Throughout the night she also told me that she was scared and that this was the hardest part. That she had no idea how to say goodbye to all the people she loved. There were tears rolling down her cheeks while she said this. As much as it hurt to see her like this, you have to understand that my hopes were coming back because she was talking in complete, coherent sentences at this point. Something she hadn't done in 2 weeks. I cried with her, told that this was not the end. That she was obviously coming out of this drug induced mental state. But inside I knew that her clarity was GOOD NEWS!

She was release Thursday and is comfortable in her own bed. Her oncologist and I have talked a few times. He is LIVID with her pulmonary dr. And said he wants to chance Primary Care doctors. He said to me,

"this is NOT the end!" And that he is tired of her pulmonary dr. "being the grim reaper". He said that he has tried to give Mom the best quality of life in the past 2 years and that she is a fighter, and we've seen what she is capable of time and time again. He added that the way in which the pulmonary doctor spoke to me was "Nonsense...just plain nonsense!"

I explained to him that I know she can't fight this forever, and I'm not in denial. But until HE tells me that he has seen her MRI, I am NOT ready to listen to that depressing pulmonary dr. anymore.

As her oncologist released her from the hospital, he changed the pulmonary's orders for hospice, to "Home Aid Health Nursing Care". He said that they would come in, make sure Mom's medications are being taken correctly, make sure she is getting everything she needs, and basically be the liaison between the oncologist and the patient so that she wouldn't need to come in everytime he wanted to know how she was doing.

Today I picked up a walker at a garage sale for $5 and this afternoon we're lowering Mom's full-size bed to make it easier for her to get down. She's complaining of stomach pain, sleeps 23 hours a day, and is very shaky and frail.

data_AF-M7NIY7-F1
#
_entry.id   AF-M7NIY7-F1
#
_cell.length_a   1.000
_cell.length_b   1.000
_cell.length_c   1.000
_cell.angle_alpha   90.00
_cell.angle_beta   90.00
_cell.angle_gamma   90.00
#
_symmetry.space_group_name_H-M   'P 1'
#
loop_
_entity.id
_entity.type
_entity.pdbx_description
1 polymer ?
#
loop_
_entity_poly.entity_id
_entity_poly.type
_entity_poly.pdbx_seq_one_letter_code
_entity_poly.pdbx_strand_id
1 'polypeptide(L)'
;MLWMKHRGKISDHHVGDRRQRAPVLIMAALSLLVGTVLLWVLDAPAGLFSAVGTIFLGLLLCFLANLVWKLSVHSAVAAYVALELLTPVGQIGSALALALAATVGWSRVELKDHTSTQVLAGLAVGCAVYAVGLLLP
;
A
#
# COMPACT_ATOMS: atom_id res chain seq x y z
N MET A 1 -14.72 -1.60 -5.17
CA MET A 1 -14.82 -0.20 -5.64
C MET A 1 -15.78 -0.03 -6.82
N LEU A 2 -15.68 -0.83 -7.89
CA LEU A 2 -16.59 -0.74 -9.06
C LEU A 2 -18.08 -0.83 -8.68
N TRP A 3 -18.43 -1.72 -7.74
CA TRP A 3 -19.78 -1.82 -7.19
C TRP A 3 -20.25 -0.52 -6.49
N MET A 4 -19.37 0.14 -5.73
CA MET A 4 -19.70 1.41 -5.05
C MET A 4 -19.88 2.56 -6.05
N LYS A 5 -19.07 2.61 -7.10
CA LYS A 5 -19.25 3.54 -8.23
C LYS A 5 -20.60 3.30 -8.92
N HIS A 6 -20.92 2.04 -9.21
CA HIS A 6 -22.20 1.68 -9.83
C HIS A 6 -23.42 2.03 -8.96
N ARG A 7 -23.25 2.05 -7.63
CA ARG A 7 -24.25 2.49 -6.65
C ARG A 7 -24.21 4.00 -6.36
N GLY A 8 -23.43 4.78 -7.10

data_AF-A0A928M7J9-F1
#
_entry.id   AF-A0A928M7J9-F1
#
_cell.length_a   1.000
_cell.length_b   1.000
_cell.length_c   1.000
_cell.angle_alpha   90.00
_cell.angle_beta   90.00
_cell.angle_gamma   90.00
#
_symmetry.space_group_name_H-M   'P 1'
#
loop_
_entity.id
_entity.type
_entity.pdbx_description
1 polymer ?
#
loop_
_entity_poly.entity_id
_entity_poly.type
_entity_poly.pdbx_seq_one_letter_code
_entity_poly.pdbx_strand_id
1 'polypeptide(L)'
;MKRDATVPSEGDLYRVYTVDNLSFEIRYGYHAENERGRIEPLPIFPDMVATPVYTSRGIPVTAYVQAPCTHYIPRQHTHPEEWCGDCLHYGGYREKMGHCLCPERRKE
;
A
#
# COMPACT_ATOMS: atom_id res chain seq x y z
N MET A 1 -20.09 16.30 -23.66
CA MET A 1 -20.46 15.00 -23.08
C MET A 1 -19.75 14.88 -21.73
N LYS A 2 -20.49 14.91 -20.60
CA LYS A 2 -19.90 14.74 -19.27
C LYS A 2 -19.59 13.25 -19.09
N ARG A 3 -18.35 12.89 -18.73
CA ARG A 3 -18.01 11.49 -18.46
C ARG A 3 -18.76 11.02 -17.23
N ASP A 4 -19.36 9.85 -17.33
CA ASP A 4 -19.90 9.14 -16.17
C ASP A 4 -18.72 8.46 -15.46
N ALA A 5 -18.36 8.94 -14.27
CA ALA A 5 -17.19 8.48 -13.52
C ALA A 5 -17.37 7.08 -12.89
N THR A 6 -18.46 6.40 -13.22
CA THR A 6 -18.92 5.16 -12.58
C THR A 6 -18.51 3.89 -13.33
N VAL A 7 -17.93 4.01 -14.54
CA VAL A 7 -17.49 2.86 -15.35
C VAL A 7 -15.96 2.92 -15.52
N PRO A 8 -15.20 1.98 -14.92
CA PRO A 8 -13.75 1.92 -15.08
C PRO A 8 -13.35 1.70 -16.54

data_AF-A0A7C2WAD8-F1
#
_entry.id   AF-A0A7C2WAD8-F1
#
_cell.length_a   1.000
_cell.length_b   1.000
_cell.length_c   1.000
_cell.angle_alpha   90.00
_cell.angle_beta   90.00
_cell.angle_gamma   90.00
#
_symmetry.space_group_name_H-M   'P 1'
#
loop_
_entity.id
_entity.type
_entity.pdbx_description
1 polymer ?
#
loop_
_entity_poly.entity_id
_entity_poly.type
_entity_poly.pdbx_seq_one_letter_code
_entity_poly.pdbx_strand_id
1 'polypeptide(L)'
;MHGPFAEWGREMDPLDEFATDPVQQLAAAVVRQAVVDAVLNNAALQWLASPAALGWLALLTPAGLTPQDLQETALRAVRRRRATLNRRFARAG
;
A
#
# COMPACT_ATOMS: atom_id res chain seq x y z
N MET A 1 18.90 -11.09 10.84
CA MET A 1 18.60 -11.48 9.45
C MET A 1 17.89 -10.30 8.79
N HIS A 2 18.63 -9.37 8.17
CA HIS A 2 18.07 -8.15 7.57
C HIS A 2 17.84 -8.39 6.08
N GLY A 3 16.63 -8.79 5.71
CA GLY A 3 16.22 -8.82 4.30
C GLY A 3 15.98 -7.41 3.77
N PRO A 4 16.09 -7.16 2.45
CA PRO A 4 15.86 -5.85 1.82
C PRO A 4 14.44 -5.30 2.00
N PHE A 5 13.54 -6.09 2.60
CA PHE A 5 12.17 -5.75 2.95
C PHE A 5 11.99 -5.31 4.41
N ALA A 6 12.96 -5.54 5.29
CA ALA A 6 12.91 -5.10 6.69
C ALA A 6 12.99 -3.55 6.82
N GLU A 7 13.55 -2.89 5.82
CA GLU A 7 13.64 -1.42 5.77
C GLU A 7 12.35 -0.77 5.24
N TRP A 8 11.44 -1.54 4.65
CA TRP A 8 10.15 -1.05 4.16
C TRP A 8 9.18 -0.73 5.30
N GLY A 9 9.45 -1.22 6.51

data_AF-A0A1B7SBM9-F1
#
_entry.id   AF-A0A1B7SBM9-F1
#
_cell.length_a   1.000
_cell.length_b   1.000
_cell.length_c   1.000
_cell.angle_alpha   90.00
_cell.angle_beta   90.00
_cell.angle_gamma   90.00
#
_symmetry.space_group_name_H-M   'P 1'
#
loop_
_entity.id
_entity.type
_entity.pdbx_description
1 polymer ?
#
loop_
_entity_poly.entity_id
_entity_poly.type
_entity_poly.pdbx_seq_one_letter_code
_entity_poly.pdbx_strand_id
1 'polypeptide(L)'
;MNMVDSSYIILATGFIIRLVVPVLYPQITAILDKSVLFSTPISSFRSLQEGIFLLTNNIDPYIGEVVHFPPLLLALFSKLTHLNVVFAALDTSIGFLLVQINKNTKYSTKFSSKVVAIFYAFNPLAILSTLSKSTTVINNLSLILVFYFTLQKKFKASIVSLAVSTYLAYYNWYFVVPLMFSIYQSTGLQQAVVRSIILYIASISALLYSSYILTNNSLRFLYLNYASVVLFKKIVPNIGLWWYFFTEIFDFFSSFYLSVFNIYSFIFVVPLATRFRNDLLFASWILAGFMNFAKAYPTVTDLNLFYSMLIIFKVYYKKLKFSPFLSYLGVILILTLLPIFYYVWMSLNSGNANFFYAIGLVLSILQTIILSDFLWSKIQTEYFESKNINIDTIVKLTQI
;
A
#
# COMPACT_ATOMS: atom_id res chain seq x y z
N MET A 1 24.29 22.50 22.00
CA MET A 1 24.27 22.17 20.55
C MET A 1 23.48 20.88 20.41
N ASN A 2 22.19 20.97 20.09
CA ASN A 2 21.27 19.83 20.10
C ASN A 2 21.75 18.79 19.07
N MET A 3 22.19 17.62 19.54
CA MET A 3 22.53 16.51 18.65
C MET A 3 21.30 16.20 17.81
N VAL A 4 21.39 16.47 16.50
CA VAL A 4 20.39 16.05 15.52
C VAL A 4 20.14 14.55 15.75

I honestly don't know what to expect. I don't know if I'm about to find out that we're nearing the end...or if this another very steep obstacle. I just don't know. All I know is that Mom and I have always been very close, but in the past 29 months, we've have become best friends. She is everything to me. Throughout my life, she's always been my rock. She always been there for me. She has sacrificed so much in her life for me. My moods swing between chronic depression, hope, sadness, self pity, anger, denial.......I just don't know what emotion to hang my hat on right now.

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The sleeping is probably because of the pain meds !! I am so sorry you are going through this right now.. I am glad that Your Oncologist wants to kick your PCP 's butt around the block !!!

My thoughts and Prayers for You and Mom and the whole Family right now!!

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I know exactly what you are saying. Having said that I will tell you what I was told every time I questioned the drugs that Johnny was taking. The reason he was taking the Vicodin was not for pain. He was taking it because his oncologist refused to give him anything for panic and anxiety attacks. Why because it wasn't HIS idea. That was what it boiled down to.

Because of him and the treatment or lack of treatment that Johnny recieved I have grown to question everything a doctor does or does't do. Never take it for granted that they are never going to do something harmful to the patient. The majority won't but there are always the one or the few who let their own ego become more important than the patient. Ask questions and get answers. If that one won't give you what you need find one who will. Life is too important to trust to someone who does not have your interest at heart. It is too important to trust to someone who has written a person off just because they have lung cancer.

When I questioned that they were giving Johnny the Vicodin for other than pain and told them that he was addicted to it and all of the problems that was causing the answer I always got was "what difference does it make? He has lung cancer" I even had the pharmacist at the State Medical Board in Washington state tell me that once a person was diagnosed with lung cancer all precautions no longer pertained.

It all boils down to that same old thing. People are so afraid of lung cancer that they try to keep a distance until it hits too close to home. Because of that there is a lack of research and a lack of funding. It is so much easier to blame it all on smoking. That keeps those who don't smoke with a false sense of security and gives doctors the idea that it is the right thing to do to take hope away.

It all stinks but until we find a way to break through that wall things like what happened to my Johnny, your mom and so many more will continue.